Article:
7. Use strong passwords or passphrases. Your passwords should contain more than 10 characters, including upper and lower case letters, numbers and symbols. And they’re harder to crack when you don't use birthdates, names, addresses, phone numbers, social security numbers, etc., that can be surprisingly easy to find.  Choose different passwords for each shopping account. You can simplify the task with a password generator like LastPass (free) or a password manager app (free or paid) that can create—and remember—a unique and strong password for each site you visit.

8. Pay with plastic. Stick to shopping sites that let you use safe payment methods: your credit card or PayPal account linked to a credit card.

Reputable sellers won't demand payment by wire transfer, cash, money order, prepaid gift cards, Bitcoin or other cryptocurrencies. But scammers do because they know your chances of getting that money back are slim to none. 

Your protection is better when you use your credit card for online purchases rather than your debit card, which takes money directly from your checking account. The law limits your liability—the amount you could lose if the deal goes bad—to $50 for both types of cards, but debit card rules are trickier.

Here’s why: When you pay with a credit card, any amount over the $50 cap is “typically absorbed by the issuer of your credit card," the Federal Deposit Insurance Corporation (FDIC) says. While debit cards also limit your liability to $50, there’s a caveat—you have to notify your bank within two business days after you find the unauthorized charge. If you miss the two-day time limit, “you could lose up to $500, or perhaps more,” the FDIC notes. If you spot an unauthorized charge on your bank statements, you have 60 days to alert your bank or “you could be liable for any amounts from transactions made after that 60-day period.”

Even if your bank’s rules are more flexible, you'll be safer and have less hassle when you pay with a credit card online instead of a debit cards. Plus, you won’t have to try and get the money restored to your checking account.

9. Use a virtual credit card. This is a randomly generated temporary number that works like an ordinary credit card number for online transactions without exposing your real credit card to risk. Many credit card companies offer the virtual-card concept in an effort to thwart online shopping fraud. All are excellent no-cost ways for existing cardholders to shop safely online.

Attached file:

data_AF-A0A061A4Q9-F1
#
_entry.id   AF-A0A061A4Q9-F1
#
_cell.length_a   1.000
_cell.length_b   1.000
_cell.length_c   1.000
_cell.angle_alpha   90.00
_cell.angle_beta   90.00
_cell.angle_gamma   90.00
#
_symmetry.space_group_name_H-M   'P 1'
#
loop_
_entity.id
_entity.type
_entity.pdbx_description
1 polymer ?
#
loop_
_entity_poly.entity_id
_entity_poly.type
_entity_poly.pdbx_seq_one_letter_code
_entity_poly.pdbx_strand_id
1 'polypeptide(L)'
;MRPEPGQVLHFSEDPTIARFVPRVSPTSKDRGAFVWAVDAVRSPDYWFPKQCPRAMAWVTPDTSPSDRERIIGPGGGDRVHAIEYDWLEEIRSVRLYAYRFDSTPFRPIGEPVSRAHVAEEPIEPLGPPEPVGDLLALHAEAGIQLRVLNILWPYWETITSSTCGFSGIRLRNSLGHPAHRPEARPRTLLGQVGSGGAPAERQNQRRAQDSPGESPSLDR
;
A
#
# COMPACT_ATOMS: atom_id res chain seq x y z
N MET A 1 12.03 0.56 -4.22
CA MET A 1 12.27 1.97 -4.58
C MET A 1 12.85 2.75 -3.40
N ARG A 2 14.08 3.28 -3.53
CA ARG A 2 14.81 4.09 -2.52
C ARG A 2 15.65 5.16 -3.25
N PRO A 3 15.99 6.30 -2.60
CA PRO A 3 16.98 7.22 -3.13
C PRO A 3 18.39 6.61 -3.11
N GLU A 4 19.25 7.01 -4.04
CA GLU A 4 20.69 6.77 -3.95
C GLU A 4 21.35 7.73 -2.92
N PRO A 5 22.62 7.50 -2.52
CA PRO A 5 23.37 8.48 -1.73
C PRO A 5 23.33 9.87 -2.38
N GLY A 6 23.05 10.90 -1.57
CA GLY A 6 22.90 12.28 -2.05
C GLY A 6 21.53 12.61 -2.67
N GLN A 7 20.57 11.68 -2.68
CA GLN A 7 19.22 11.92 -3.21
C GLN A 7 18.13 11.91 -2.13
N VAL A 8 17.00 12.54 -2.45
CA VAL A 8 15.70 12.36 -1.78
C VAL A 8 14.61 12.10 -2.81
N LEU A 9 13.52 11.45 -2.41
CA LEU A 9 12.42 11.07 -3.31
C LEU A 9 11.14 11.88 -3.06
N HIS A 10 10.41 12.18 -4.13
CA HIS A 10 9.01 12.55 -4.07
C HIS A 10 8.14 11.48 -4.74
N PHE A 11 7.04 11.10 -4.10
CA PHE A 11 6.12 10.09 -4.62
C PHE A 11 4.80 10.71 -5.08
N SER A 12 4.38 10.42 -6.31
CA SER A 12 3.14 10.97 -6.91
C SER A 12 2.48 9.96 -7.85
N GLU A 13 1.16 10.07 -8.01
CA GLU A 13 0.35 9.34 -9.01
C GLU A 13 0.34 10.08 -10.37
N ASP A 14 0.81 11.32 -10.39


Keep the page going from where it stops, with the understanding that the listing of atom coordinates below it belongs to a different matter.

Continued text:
10. Maintain a paper trail. Print out a dated copy of the seller’s terms and conditions, the product warranty, the item’s description, company information, receipts, emails between you and the seller (especially if you’ve participated in an online auction), notes from phone conversations and any other records of your transaction, and keep them together for your records. Be a detail freak: Save images of the offer including item names, numbers, descriptions, shipping information, guarantee or warranty, return policies, shipping information, payment details and purchaser confirmation.

Know your rights if your transaction goes wrong

Federal law requires that orders made by mail, phone and via online merchant be shipped by the date promised or, if no delivery time was stated, within 30 days (or 50 days to allow approval time if you've applied for in-store credit). If your item isn’t shipped on time and you have not consented to a delay, you may cancel the order and demand a full refund. “Consumers also have the right to reject defective or misrepresented merchandise at any time,” says Rosenzweig. If a seller refuses to grant a refund for such products and you’ve paid with a credit card, “contact the credit card’s lending bank, and contest the charges,” says Nehf. “They should remove them from your statement and charge them back to the seller.”

If, despite your best efforts, you feel you've been ripped off or your seller refuses to respond, fight back. You can file a complaint with the BBB, Office of the State Attorney General (in your state or the seller’s state) and the Federal Trade Commission, which receives international consumer grievances, too.